Paradoxes of leadership in European foreign policy

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Paradoxes of leadership in European foreign policy

Tuesday, 2 November 2021 - 5:00pm
Seminar Room, European Studies Centre
Lisbeth Aggestam (University of Gothenberg; St Antony’s College, Oxford)
Hartmut Mayer (St Antony’s College, Oxford)
European Studies Seminar

Leadership is widely regarded as a critical factor for the European Union’s ability to act cohesively and effectively as global actor. The siren call for leadership is most often heard when Europe is facing one of its perennial crises, but which actor has the ability to shoulder this responsibility and how? Half a century after Henry Kissinger quipped, ‘who do I call, when I want to call Europe?’, there still seems to be no authoritative person or institution who can speak on behalf of Europe. In this talk, I discuss why European leadership is contested in EU foreign policy. Based on results from a large interview survey with national and European diplomats, I identify a central paradox at the heart of EU foreign policy. While formal European leadership functions and institutions were significantly strengthened with the Lisbon Treaty, the EU has become increasingly rudderless and characterized by informal leadership practices emerging in groups of like-minded EU member states. These new types of informal leadership practices will have significant repercussions on future European-British cooperation in a post-Brexit world.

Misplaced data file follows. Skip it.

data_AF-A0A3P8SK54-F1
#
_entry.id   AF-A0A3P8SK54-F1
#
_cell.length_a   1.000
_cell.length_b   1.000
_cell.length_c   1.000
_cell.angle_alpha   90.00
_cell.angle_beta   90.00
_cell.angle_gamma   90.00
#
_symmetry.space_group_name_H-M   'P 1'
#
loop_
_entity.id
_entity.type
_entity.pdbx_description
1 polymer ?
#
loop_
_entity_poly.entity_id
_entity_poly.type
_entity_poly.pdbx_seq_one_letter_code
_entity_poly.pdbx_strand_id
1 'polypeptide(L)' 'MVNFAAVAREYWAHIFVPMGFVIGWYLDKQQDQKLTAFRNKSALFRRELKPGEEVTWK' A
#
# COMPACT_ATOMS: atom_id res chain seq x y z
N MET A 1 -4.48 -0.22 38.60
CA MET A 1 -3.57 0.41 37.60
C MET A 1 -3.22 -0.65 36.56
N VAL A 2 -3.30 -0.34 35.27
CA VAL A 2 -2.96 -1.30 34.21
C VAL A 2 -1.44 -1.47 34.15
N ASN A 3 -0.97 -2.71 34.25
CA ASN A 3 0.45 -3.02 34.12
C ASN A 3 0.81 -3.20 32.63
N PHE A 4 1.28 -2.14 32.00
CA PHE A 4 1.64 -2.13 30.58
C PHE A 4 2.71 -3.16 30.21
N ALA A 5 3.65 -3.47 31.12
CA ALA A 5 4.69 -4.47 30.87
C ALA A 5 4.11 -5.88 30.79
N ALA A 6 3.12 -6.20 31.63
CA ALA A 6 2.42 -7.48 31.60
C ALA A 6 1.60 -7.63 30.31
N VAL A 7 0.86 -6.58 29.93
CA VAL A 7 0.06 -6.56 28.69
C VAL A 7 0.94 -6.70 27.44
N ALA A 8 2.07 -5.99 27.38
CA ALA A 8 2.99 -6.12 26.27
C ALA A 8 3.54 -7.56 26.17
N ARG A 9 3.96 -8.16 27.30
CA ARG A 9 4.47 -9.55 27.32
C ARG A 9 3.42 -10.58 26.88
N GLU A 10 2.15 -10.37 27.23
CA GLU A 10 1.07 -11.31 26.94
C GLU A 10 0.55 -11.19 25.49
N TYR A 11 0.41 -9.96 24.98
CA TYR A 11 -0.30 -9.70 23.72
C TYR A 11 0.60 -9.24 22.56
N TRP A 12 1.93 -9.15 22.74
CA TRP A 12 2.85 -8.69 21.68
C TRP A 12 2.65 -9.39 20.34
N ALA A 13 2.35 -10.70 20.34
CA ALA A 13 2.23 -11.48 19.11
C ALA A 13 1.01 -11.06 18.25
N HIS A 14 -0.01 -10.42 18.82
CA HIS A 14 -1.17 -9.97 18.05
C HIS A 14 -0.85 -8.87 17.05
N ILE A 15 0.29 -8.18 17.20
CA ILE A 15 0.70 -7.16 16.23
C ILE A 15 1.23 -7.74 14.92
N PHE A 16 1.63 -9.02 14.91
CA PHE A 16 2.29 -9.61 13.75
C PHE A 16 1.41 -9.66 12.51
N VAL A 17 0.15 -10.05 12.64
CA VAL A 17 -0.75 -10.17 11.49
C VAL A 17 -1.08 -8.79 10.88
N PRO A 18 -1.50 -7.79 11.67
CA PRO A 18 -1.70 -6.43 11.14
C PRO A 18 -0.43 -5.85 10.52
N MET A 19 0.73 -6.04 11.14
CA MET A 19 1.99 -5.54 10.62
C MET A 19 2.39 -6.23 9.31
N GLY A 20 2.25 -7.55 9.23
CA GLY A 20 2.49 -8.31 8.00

Lisbeth Aggestamis is Associate Professor at the Department of Political Science and Senior Research Fellow at theCentre for European Research (CERGU), University of GothenburginSweden. She holds a PhD in Political Science fromthe University of Stockholmandworked as a lecturerat the University of Bath(UK) until 2013. Prior to that she was a post-doctoral Research Fellow at the University of Cambridgeandthe Swedish Institute of International Affairs (SIIA). She wasavisiting researchstudentat St Antony’s Collegein 1995on a Chevening scholarship. Aggestam works in the field of International Relations,and she is the Editor-in-Chief of the ISA journal, Foreign Policy Analysis, published by Oxford University Press. Her main research interests areforeign policy cooperation and integration in Europeand herrecent work focuses on theconceptof political leadership inforeign policy. She is particularly interestedin institutional change and agency in European leadership governance across a range of politicalissues, including Brexit, transatlantic relations and European security. Recent publications include: ‘Leaderisation in foreign policy: performing the role ofEU High Representative’. European Security2020,29(3): 301-319. ‘Learning to lead? Germany and the leadership paradox in EU foreign policy’. German Politics 2020,29(1): 8-24. ‘New directions in EU foreign policy governance: Cross-loading, leadership and informal groupings’. Journal of Common Market Studies 57(3): 515-532. ‘The leadership paradox in EU foreign policy’. Journal of Common Market Studies 55(6): 1203-1220. Lisbeth Aggestamis onaresearch sabbaticalinthe academic year2021/22(funded by Riksbankens Jubileumsfond)to work onher forthcoming bookwith the provisional title, The Elusive Quest for Leadership in European Foreign Policy. She is an Academic Visitor at St Antony’s College during Michaelmas 2021.

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